The Pantanal provided a totally different experience. The fact that we stayed in three different lodges and used boats and open safari vehicles to explore the area provided us with varied and different experiences every day and generated numerous highlights. Needless to say, the birdlife was astonishing, with 20 species of birds of prey, 11 species of doves and pigeons, ten species of parakeets, parrots and macaws, 13 species of woodpeckers, 26 species of waterbirds (ducks, herons, egrets, ibises, storks, etc.) and a plethora of colourful toucans, tanagers, seedeaters, cardinals, flycatchers, trogons, jacamars and kingfishers, to name just a few. The birding highlight for some was seeing Hyacinth Macaws. These are the largest parrots in the world and their size and striking colour clearly stood out, particularly when, on one occasion, we saw as many as 12 feeding together on the ground. Seeing a pair of them mating was also a highlight for some.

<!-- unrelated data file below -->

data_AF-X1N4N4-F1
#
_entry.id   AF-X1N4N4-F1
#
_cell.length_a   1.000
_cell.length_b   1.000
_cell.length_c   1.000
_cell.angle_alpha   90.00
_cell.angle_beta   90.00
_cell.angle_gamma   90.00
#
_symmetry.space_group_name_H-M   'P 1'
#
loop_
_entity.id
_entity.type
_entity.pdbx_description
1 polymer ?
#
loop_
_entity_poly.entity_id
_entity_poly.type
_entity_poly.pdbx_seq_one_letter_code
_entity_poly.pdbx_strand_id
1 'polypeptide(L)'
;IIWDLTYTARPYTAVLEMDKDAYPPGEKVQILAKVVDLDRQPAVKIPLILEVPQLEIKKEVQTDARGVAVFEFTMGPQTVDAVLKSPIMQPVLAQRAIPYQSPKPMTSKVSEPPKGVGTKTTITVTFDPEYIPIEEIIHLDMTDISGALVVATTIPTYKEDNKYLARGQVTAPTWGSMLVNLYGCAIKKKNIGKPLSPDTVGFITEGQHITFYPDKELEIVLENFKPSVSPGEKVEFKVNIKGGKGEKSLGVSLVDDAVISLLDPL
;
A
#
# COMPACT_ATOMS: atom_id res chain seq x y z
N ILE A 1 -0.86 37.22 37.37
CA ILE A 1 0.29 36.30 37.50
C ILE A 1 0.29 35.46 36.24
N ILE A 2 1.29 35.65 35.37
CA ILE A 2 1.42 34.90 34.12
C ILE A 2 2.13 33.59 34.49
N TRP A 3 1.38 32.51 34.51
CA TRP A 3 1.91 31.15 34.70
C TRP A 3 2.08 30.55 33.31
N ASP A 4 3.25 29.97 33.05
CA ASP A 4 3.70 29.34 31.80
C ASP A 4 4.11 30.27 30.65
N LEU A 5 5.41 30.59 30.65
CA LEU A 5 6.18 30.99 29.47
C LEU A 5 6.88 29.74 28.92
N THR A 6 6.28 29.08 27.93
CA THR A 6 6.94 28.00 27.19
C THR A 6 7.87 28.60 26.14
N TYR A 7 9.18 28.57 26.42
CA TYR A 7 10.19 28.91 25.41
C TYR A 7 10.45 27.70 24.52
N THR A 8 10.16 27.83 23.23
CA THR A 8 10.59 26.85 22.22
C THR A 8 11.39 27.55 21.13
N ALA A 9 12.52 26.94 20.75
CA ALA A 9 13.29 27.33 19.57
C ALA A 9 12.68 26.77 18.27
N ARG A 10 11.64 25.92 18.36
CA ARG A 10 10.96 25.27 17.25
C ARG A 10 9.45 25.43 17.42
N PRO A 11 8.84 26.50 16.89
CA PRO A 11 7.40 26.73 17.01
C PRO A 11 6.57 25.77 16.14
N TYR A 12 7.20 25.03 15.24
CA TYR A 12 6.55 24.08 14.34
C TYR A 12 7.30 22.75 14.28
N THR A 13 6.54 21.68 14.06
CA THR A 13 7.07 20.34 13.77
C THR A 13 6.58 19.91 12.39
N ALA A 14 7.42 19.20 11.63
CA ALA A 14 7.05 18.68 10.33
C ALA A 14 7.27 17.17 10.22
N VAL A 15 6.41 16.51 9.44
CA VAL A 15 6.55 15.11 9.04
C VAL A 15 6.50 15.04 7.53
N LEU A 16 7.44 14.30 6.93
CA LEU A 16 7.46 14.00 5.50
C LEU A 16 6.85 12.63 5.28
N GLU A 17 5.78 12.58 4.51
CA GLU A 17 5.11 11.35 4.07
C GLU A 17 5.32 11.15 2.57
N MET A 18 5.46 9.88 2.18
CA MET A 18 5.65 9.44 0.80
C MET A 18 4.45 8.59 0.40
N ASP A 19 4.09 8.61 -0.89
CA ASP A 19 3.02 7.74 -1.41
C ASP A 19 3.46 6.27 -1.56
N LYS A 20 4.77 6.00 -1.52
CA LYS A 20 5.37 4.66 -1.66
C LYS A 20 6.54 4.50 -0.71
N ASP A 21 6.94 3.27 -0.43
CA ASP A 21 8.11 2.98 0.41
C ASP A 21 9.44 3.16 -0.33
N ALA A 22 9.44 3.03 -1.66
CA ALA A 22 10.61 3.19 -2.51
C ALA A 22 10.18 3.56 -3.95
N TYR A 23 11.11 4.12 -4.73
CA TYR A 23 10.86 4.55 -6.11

The most engaging encounters, though, were those with mammals, in particular with a Brazilian Tapir, Capybara, Giant River Otter, Ocelot, Azara’s Agouti and South American Coati. We were all hoping to see a Jaguar, but seeing it on five different occasions exceeded our wildest expectations. We observed them in all different circumstances: foraging, eating, swimming, resting and walking. The first encounter, though, was most memorable: in a heavy rain (but under protective canvas of the boat), we spent just over two hours observing a Jaguar and following its every step. Its peculiar behaviour involved digging into the sand at the bottom of a sand cliff, then climbing up the cliff to rest on the top of it, only to jump back down to the same spot and dig into the sand again. The Jaguar appeared to be on a mission, frustrated at times, but not giving up. We put forward various theories to explain its behaviour, but it all became clear when we saw a Jaguar struggling with a caiman. The caiman must have been buried accidentally by the collapse of the sandy wall of the cliff, and the cat had tried to regain its prey by digging it out from the pile of sand. The caiman was too big to be dragged up the cliff, so the Jaguar spent time biting it in half. Eventually, it succeeded and carried one half of the caiman up to the top of the cliff in one big jump and out of sight! What a privilege it was to watch the whole spectacle so close and with an unobstructed (almost) view. This must rank as one of the best wildlife experiences one could encounter.